Darley Park is a large, picturesque and popular park situated within a walking distance of the city centre. It's located on the River Derwent at the gateway to the World Heritage Site. It is popular with visitors from across the County and is a peaceful place to escape city life.
It hosts many events throughout the year, including the classical Darley Park Concert.
Darley Park is surrounded by many public open spaces of local historic importance. They are:
There's lots to do in Darley Park, and most of it is free. Here are some things you can do...
There are lots of organised activities such as nature walks and conservation days held on the wildlife sites. For more information visit www.darleyandnutwood.org.uk
Darley Park hosts a butterfly garden next to the Hydrangea Collection and you can also find two larger wildlife sites in Darley Abbey along the River Derwent corridor.
Darley and Nutwood Local Nature Reserve and the Darley Park Wildflower Meadow provide the perfect home to a wide range of common species and a few rarities, including:
Peregrine falcons which nest in Derby Cathedral are often spotted overhead.
Nutwood became a local nature reserve in January 2008. It is located about 400 metres upstream from the toll bridge and is about 10 hectares in size.
For more information, visit the Darley and Nutwood website.
The Hydrangea Collection began when we first planted the collection in 1984. Since April 2010 the collection has been maintained in partnership with a subgroup of Friends of Darley Open Spaces (FoDOS) called Hydrangea Derby.
The collection is the largest in Britain and the third largest in the world. It now holds over 400 different types and is still growing.
The Hydrangea Derby Project enables volunteers to help in weeding, pruning, mulching, locating and propagating new types of plant, cataloguing and marketing the collection. It also puts on opening days.
For more information on events, or to get involved with the group, visit Hydrangea Derby's website.
Darley Park was donated to the people of Derby in 1929 by the Evans family who founded Darley Abbey's cotton mills. It was officially opened by HRH the Duke of Kent on 30th June 1931.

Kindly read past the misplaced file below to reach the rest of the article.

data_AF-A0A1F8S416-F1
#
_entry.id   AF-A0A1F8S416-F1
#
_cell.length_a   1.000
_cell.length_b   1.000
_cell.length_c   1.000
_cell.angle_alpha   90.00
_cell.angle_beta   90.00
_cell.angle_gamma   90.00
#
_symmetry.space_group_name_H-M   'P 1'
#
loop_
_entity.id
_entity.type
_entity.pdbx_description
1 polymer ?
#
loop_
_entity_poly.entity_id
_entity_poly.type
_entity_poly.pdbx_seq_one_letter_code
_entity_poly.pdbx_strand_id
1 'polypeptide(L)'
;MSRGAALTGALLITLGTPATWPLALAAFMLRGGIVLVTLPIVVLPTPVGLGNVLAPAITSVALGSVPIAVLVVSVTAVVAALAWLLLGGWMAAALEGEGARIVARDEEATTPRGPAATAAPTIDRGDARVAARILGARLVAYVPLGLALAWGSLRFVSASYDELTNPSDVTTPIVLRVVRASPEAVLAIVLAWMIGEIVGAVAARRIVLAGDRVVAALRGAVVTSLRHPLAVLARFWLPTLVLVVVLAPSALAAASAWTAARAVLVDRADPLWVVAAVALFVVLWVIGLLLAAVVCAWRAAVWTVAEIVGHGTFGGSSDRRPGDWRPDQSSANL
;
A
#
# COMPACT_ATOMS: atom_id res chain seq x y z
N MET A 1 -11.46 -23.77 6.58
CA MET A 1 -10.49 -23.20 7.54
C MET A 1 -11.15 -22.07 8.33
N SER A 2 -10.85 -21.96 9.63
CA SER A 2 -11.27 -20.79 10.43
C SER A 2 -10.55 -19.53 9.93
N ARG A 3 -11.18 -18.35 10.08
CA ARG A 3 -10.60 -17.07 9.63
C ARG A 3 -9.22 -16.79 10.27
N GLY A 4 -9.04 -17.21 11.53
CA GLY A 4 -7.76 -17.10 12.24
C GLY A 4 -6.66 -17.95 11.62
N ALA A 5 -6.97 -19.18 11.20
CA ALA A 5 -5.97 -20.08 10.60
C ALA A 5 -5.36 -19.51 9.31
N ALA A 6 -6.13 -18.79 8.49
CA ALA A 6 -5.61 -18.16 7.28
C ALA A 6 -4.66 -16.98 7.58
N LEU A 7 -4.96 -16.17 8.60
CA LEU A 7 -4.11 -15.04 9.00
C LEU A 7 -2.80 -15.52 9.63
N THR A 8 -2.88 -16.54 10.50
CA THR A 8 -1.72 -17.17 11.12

Sadly, the mansion, sited on top of the terrace, failed to find a role after the war and was knocked down in 1962. One room survives as the café, and the early 19th century stable court remains.
The Friends of Darley Open Spaces group acts as a partnership between the Council, users and local communities. You can become a member for £5 each household - this is a great way to get involved in what's happening in your local park.
To find out about Friends of Darley Open Spaces and how you can get involved, visit Friends of Darley Open Spaces' website.
Cycle route 54 is the most picturesque way to walk into the park. Alternatively, Duffield Road (A6) offers a well lit pavement route from the city centre - you can get into the park by going down Darley Park Drive, which is opposite the Broadway pub.
From Derby city centre, follow cycle route 54 along the River Derwent. The entrance to the park is near Handyside Bridge.
All of Darley Park's car parks are free.
The Trent Barton 'Sixes' (6.1, 6.2, 6.3 and 6.4) regularly go past Darley Park Drive off Duffield Road (A6). It is then a short walk to the entrance of the park. For more information and bus times, please call Traveline on 0870 608 2 608.